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How to Stand Up to the Kremlin

11 19 271
22.10.2020

During the Cold War, the United States and the Soviet Union faced off in an existential struggle between two antithetical systems. Either the Soviet bloc would “bury” the West, as Soviet Premier Nikita Khrushchev threatened in 1956, or Western principles of democratic accountability, individual rights, and the rule of law would triumph over Soviet totalitarianism. The eventual outcome—the demise of the Soviet system and the expansion of the U.S.-led international order—showed that military power is essential to American national security but also that the United States must advance its goals through the quiet resilience of democratic institutions and the attractive pull of alliances.

After the Cold War, Western democracy became the model of choice for postcommunist countries in central and eastern Europe. Guided by the enlightened hands of NATO and the EU, many of those countries boldly embarked on the transition from dictatorship to democracy. Remarkably, most succeeded. Post-Soviet Russia also had an opportunity to reinvent itself. Many in Europe and the United States hoped that by integrating Russia into international organizations (such as the Council of Europe, the World Bank, and the International Monetary Fund), they could help Russia become a responsible member of the rules-based international order and develop a domestic constituency for democratic reforms. Many Russians also dreamed of creating a democratic, stable, and prosperous Russia. But that dream is now more distant than at any time since the Cold War’s end.

Today, the Russian government is brazenly assaulting the foundations of Western democracy around the world. Under President Vladimir Putin, the Kremlin has launched a coordinated attack across many domains—military, political, economic, informational—using a variety of overt and covert means. At the extreme, in the cases of Georgia and Ukraine, Russia has invaded neighboring countries to block their integration into NATO or the EU and to send a message to other governments in the region that pursuing Western-backed democratic reform will bring dire consequences. More frequently and more insidiously, it has sought to weaken and subvert Western democracies from the inside by weaponizing information, cyberspace, energy, and corruption.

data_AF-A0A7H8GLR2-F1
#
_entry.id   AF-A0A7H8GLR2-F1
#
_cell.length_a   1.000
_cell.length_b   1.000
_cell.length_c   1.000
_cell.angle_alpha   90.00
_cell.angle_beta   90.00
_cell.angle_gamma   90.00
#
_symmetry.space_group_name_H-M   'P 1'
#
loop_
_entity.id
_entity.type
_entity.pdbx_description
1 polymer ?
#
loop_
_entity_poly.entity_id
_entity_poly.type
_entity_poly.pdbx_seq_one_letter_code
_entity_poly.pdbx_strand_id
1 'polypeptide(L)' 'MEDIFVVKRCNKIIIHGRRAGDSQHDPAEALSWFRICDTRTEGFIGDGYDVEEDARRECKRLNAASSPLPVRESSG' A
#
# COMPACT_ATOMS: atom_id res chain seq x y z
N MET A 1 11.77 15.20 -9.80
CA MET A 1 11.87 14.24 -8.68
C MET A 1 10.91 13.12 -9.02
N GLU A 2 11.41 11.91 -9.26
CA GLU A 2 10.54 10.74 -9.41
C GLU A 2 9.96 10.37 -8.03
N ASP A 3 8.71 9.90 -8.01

At its core, this assault is motivated by the Kremlin’s desire to protect its wealth and power. The Russian regime that emerged from the ashes of the Soviet collapse consolidated immense authority and privilege in the hands of a small cabal of former intelligence officials and oligarchs. They appear strong from the outside, but their power remains brittle at the core—a fact that Putin and the top members of his regime understand better than anyone. Without a chokehold on civil society, the adoring applause and sky-high approval ratings they generally enjoy could quickly descend into a storm of boos and whistles, as Putin has discovered on more than one occasion. The regime projects an aura of invincibility that masks the shallow roots of its public support, particularly among younger, urban, and educated Russians.

To safeguard its kleptocratic system, the Kremlin has decided to take the fight beyond Russia’s borders to attack what it perceives as the greatest external threat to its survival: Western democracy. By attacking the West, the Kremlin shifts attention away from corruption and economic malaise at home, activates nationalist passions to stifle internal dissent, and keeps Western democracies on the defensive and preoccupied with internal divisions. This allows Moscow to consolidate its power at home and exert untrammeled influence over its “near abroad.”

To fight back, the United States must lead its democratic allies and partners in increasing their resilience, expanding their capabilities to defend against Russian subversion, and rooting out the Kremlin’s networks of malign influence. The United States has the capacity to counter this assault and emerge stronger, provided that Washington demonstrates the political will to confront the threat. However, since the Trump administration has shown that it does not take the Russian threat seriously, the responsibility for protecting Western democracy will rest more than ever on Congress, the private sector, civil society, and ordinary Americans.